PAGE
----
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How To Optimize Your Job Search As A PhD By Doing Less, Not More

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Skip ahead to:

1:20 – Isaiah’s Job Tip: Leverage The Fact That People Read Your Resume In A ‘F’ Pattern
4:45 – Show Me the Data
23:40 – How To Optimize Your Job Search w/ Dr. James Gould

Are you making your job search harder than is needs to be? 

Do you know what key steps you can take right now to boost your job search?

In this episode of Cheeky Scientist Radio, we are joined by Dr. James Gould from Harvard University, an experienced career consultant who actively coaches postdoctoral fellows and encourages them to consider new career options. He shares great insights into how PhDs and Postdocs can leverage their unique skills and find a rewarding career.

About Our Guest

James Gould completed his Ph.D. in Biochemistry and Molecular Biology and his postdoc at the National Cancer Institute. While a postdoc, he joined the NCI Center for Cancer Research Fellows and Young Investigators Steering Committee and began his transition. James is a Presenter, Speaker, and Career Consultant and his given workshops and invited talks all over the US. He is currently the Director at the Office for Postdoctoral Fellows at Harvard Medical School. He has also written numerous articles about the PhD job search, such as this one which appeared in Nature.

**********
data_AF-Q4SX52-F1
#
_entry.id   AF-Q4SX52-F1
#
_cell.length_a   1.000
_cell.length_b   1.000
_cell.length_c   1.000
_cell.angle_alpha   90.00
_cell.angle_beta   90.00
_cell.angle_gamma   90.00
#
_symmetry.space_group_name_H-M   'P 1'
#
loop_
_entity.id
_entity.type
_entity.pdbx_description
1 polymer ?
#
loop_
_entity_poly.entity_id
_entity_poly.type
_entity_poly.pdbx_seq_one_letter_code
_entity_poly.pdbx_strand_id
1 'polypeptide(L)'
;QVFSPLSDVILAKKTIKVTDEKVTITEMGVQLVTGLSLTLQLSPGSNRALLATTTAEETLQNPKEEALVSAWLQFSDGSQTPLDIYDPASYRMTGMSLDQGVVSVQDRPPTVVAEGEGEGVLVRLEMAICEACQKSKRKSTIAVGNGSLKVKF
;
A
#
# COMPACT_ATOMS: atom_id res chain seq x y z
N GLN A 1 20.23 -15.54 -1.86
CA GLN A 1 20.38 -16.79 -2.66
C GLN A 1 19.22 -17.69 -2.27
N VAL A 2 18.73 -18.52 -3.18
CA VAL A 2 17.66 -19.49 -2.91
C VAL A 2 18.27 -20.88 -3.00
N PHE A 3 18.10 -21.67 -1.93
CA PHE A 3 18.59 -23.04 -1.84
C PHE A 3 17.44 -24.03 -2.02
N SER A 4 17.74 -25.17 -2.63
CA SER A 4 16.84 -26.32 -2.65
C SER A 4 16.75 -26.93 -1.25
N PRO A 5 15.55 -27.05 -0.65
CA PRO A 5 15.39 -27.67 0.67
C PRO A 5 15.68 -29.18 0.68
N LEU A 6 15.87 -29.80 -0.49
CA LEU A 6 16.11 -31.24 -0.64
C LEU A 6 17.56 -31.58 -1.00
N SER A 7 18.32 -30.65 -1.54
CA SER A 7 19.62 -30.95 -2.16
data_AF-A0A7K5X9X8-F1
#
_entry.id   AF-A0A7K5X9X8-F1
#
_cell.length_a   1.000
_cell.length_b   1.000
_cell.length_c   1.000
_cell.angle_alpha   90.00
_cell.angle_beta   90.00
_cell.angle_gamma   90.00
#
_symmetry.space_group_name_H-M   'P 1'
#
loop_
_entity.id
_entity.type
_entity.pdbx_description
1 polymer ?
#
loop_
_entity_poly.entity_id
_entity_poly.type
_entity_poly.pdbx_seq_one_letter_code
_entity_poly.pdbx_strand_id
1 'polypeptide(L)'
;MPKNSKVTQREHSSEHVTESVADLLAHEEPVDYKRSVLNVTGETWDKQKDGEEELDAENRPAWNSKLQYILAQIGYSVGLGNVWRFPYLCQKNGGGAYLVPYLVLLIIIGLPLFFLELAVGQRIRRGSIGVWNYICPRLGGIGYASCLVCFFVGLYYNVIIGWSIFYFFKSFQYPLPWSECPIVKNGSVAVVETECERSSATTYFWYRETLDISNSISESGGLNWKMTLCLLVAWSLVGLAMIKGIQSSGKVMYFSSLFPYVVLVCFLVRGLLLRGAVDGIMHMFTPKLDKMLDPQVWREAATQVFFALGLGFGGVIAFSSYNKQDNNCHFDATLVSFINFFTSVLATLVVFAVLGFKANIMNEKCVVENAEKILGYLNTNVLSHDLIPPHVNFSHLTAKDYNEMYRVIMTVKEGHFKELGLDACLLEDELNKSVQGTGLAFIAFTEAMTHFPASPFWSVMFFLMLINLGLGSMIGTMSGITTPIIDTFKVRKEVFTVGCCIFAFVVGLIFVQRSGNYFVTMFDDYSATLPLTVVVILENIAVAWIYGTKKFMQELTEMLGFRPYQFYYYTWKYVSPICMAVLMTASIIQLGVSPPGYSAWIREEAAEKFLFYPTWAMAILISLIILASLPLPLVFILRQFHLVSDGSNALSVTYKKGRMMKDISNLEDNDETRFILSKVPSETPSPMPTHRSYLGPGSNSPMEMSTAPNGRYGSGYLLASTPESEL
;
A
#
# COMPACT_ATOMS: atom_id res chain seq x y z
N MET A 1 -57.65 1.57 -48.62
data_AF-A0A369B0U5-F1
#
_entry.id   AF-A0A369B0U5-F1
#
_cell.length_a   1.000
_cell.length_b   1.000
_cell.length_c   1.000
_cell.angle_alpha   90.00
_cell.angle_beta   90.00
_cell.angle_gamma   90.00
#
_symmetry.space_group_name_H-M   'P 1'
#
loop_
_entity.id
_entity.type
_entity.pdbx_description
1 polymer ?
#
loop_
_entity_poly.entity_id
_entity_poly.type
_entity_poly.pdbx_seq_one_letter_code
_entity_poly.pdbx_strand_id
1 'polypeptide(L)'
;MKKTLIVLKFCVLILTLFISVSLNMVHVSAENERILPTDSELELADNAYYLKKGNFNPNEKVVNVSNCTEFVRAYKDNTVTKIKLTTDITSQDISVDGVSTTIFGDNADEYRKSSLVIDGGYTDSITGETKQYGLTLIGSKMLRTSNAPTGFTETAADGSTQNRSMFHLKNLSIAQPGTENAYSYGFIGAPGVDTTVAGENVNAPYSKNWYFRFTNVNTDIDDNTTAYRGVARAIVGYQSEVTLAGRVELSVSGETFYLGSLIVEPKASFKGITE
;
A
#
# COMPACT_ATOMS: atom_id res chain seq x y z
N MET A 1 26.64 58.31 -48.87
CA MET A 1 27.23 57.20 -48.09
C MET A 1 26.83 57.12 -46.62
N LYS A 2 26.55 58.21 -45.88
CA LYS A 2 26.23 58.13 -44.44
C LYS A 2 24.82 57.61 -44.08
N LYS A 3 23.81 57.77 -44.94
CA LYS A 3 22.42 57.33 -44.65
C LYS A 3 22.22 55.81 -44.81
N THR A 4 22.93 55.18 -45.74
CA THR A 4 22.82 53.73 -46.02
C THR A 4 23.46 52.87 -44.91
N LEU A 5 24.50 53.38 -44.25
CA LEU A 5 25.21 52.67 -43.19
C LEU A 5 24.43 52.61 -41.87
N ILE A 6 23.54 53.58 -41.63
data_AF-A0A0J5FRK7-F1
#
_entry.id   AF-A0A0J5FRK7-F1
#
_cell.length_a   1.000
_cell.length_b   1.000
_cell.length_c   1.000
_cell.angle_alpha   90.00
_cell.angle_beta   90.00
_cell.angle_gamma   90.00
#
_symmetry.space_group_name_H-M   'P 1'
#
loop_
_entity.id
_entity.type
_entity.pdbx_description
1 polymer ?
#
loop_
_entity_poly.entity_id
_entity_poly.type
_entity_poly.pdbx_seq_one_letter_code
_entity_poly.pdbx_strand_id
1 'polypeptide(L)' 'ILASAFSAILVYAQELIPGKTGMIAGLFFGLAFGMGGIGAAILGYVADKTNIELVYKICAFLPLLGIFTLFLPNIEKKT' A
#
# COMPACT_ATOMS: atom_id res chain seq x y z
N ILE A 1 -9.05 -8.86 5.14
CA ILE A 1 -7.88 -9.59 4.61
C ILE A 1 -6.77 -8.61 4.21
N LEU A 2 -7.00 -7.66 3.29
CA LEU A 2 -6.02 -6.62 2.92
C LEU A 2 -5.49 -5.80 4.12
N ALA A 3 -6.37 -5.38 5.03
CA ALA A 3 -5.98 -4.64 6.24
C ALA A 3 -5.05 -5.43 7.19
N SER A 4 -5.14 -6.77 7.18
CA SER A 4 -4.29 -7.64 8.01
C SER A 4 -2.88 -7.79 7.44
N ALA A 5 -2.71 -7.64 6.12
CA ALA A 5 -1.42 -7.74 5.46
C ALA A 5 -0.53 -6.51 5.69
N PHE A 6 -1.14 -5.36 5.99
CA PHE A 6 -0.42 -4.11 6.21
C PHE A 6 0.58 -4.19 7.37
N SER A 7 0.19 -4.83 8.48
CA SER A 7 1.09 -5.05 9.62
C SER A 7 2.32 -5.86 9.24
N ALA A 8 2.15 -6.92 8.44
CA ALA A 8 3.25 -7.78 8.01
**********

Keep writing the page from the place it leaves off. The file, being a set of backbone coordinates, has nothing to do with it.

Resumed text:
Key Takeaways

1. Doing a postdoc hurts your career.

2. For the best job search results start about a year from when you need a job cultivating, maintaining and then activating your strong network of people.

3. The job search process begins with self-reflection.

Why Doing A Postdoc Is A Bad Idea

Very recently, Nature, published an article that examined the impact of doing a postdoc on a person’s salary over the long term. What they found was quite shocking.

The study showed that doing a postdoc actual means you will earn less money throughout your career than someone who did not do a postdoc. In industry, government and non-profit organisations those employees who did a post doc made  less money than those who did not do a postdoc over the 15 year length of the study. See the image from this paper below.

So, unless you become a professor (which is very, very unlikely) doing a postdoc is not only unnecessary, it will cause you to earn less money during your career.

If you have already done a postdoc, don’t worry, you can leverage this experience to get hired in industry. But it all about how you communicate your skills. You must learn how to make the skills you learned as a postdoc relevant to the company where you want to work so they can see your value.

Now is the time to start your industry job search so you can find a position where you can leverage your PhD and doing meaningful work.

How PhDs Can Optimize Their Job Search: A Conversation With Dr. James Gould

Isaiah: What do you think should be the biggest career priorities for a PhD or postdoc who is trying to ensure that they actually have options for their career?